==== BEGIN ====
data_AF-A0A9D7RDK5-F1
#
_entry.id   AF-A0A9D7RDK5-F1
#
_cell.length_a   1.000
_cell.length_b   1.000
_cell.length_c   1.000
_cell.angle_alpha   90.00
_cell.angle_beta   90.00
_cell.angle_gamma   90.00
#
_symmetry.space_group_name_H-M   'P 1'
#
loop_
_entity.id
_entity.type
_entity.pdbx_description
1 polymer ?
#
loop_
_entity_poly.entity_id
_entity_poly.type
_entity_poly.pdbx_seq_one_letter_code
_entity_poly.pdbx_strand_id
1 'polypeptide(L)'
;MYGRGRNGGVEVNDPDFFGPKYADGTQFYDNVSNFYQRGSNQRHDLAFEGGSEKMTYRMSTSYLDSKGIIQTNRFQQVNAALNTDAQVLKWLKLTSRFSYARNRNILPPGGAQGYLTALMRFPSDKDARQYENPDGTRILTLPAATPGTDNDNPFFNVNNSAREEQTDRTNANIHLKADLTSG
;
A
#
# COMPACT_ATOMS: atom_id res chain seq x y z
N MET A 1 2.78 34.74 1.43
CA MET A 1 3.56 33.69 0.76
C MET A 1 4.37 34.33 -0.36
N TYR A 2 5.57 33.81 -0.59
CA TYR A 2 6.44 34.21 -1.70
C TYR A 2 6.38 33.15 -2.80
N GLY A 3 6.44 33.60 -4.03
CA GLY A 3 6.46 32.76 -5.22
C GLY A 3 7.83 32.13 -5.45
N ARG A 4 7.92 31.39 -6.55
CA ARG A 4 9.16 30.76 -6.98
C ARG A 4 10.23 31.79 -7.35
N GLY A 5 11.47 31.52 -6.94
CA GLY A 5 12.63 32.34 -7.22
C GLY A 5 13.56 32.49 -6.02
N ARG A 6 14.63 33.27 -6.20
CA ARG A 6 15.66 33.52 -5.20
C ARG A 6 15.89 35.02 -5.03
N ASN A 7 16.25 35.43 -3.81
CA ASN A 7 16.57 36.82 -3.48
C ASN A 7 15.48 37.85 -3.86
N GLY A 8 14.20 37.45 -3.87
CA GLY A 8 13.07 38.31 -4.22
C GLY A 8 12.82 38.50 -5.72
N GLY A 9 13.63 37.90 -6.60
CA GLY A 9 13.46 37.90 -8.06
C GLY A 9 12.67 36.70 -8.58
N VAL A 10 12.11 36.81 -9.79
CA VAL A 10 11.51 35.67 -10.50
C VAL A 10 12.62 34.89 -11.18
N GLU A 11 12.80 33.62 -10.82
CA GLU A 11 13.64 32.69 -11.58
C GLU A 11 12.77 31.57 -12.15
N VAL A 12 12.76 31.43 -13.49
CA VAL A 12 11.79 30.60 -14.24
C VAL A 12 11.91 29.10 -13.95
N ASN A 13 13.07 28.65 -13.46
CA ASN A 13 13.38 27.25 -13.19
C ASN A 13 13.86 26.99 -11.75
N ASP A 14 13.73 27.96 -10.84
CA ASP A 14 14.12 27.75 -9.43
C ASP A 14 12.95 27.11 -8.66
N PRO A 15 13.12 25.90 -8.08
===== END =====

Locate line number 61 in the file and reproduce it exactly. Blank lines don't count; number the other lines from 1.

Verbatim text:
N GLU A 11 12.80 33.62 -10.82